HOLLAND, Mich. – Michigan communities along the Grand Rapids – Chicago route of the state-supported Amtrak Pere Marquette train will celebrate the 25th anniversary of passenger rail service on Aug. 5 and Amtrak is offering a special anniversary fare promotion this week to recognize the Silver Anniversary of the service.
To commemorate the milestone, Amtrak is promoting the event with the special use of Superliner train equipment, including a double-decker lounge car and coaches. Every westbound passenger on Aug. 5 will receive a gift bag containing West Michigan products.
In addition, ceremonies organized with the Michigan Department of Transportation and Westrain will be held immediately prior to the westbound train’s departure from Grand Rapids, Holland, Bangor, and St. Joseph (schedule below).
Ridership on the Pere Marquette service has grown every year since 2001, transporting 111,716 passengers last year. From 2002 to 2008, Amtrak ridership on all three trains servicing Michigan — Pere Marquette, Wolverine and Blue Water — grew by a combined 60 percent.
Also, Amtrak is offering a fare sale of 25 percent off the regular (full) adult rail price for travel through Aug. 7. Tickets must be purchased by Aug. 6 from Amtrak.com, a Quik-Trak(SM) Self-Serve Ticketing Kiosk (including the Grand Rapids, Holland, St. Joseph and Chicago stops), by calling 800-USA-RAIL, visiting a staffed Amtrak ticket office or select travel agents. Up to two children ages 2-15 may accompany each adult at half the regular (full) adult rail fare.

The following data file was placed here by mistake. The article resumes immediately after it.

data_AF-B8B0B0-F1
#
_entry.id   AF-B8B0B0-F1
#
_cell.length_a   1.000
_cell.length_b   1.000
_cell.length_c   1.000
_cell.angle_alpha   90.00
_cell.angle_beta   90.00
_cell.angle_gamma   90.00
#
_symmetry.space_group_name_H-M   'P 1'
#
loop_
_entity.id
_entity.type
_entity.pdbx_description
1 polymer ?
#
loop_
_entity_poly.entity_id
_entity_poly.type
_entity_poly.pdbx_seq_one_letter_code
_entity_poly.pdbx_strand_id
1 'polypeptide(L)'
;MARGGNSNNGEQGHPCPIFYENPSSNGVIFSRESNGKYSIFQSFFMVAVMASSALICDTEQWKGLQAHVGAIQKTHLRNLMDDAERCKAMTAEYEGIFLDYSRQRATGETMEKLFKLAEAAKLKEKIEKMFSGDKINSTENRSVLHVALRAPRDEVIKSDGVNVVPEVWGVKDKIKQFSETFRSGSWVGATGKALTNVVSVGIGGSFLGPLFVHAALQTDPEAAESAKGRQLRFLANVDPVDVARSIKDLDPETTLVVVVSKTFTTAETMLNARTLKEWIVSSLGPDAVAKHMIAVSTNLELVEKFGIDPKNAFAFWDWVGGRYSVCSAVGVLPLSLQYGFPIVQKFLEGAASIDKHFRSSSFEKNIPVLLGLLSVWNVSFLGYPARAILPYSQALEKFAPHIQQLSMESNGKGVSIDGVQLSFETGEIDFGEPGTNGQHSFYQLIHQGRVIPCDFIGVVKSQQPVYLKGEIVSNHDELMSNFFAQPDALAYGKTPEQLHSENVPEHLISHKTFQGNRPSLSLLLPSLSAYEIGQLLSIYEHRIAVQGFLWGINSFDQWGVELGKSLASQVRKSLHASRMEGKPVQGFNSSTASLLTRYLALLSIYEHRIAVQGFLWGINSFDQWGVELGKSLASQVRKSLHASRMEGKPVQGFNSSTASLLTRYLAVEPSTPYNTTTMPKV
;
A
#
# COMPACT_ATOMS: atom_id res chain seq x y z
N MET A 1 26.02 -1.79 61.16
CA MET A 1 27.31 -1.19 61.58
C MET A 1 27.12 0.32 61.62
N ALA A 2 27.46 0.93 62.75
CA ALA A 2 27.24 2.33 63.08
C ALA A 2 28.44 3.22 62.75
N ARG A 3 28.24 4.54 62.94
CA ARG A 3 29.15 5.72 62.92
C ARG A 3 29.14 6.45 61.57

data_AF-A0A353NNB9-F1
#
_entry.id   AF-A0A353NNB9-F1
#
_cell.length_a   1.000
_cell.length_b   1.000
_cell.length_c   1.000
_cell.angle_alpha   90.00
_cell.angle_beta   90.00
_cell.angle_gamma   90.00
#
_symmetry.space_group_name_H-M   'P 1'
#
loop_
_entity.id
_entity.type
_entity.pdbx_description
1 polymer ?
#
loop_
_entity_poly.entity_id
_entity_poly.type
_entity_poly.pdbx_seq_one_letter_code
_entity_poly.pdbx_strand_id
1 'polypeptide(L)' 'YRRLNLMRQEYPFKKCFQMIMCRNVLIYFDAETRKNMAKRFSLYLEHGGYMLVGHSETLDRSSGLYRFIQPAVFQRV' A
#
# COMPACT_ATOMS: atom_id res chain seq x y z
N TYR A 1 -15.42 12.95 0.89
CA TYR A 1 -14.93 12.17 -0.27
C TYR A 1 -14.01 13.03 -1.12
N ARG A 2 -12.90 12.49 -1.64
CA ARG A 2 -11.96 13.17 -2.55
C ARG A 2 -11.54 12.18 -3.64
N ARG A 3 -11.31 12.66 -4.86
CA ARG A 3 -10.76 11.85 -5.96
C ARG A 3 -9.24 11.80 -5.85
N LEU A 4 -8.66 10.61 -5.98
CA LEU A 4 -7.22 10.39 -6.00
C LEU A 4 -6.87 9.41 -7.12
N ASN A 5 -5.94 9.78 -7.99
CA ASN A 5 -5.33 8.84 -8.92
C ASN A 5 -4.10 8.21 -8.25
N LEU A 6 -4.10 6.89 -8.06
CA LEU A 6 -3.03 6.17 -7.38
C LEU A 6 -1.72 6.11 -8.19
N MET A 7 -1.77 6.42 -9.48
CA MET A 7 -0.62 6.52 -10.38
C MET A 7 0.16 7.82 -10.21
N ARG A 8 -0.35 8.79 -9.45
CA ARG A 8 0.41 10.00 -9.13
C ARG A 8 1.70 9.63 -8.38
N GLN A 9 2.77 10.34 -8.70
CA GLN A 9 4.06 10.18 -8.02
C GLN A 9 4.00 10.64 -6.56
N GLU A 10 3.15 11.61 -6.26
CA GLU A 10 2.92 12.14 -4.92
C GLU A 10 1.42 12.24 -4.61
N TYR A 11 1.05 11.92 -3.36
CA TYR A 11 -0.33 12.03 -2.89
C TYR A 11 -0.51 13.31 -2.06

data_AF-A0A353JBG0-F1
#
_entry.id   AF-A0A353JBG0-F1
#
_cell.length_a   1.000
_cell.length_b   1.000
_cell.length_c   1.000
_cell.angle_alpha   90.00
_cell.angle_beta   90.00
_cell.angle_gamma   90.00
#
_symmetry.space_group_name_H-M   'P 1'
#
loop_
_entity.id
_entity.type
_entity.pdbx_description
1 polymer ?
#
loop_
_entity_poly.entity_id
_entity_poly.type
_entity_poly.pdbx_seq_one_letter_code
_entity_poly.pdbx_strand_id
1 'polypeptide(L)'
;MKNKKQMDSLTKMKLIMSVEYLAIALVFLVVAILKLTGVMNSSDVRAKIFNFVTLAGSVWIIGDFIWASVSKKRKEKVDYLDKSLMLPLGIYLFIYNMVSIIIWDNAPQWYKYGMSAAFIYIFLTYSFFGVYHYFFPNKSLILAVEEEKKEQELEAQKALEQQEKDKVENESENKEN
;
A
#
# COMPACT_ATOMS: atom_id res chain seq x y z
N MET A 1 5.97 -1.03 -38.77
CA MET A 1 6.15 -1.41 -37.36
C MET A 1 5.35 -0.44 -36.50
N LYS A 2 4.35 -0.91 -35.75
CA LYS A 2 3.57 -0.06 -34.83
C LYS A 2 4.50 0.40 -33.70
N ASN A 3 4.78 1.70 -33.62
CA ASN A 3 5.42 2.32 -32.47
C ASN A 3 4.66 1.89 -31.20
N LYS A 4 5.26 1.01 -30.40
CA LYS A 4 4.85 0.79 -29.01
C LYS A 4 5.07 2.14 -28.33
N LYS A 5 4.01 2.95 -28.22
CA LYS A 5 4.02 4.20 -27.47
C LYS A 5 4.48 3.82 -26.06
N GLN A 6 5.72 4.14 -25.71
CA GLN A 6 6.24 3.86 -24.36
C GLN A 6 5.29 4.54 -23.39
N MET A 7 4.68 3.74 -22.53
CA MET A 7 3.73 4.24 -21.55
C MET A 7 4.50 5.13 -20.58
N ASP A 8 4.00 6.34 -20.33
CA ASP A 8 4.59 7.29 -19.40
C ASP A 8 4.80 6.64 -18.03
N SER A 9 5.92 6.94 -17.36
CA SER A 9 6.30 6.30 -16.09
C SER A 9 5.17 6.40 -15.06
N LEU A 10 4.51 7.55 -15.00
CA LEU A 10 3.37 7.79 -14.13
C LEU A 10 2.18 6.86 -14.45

About the Pere Marquette
The inauguration of the partnership between Amtrak and the State of Michigan for Pere Marquette was held on Aug. 5, 1984, naming the service for a defunct railroad that had taken its own moniker from Father Jacques Marquette, a French missionary who founded Michigan’s first European settlement in 1671.
The Pere Marquette connects cities, landscapes and waterways punctuated by modern skylines at each end and skirting the shores of Lake Michigan with stops at St. Joseph/Benton Harbor and Bangor (South Haven).
The only one of the Great Lakes entirely within U.S. borders, Lake Michigan beaches are known for their soft, off-white, high quartz-content sand, sometimes called “singing sand” for the unique noise it makes when beach-goers walk along it. From the beach grass, sand cherries and Petoskey stones deposited 350 million years ago on the borders of this, the fifth largest lake in the world, to the banks of the Grand River, the trip is both beautiful and memorable — “one of the nation’s loveliest short-distance trains,” according to Passenger Train Journal magazine.
For more travel information, visit the state-supported websites mitrain.com and michigan.org.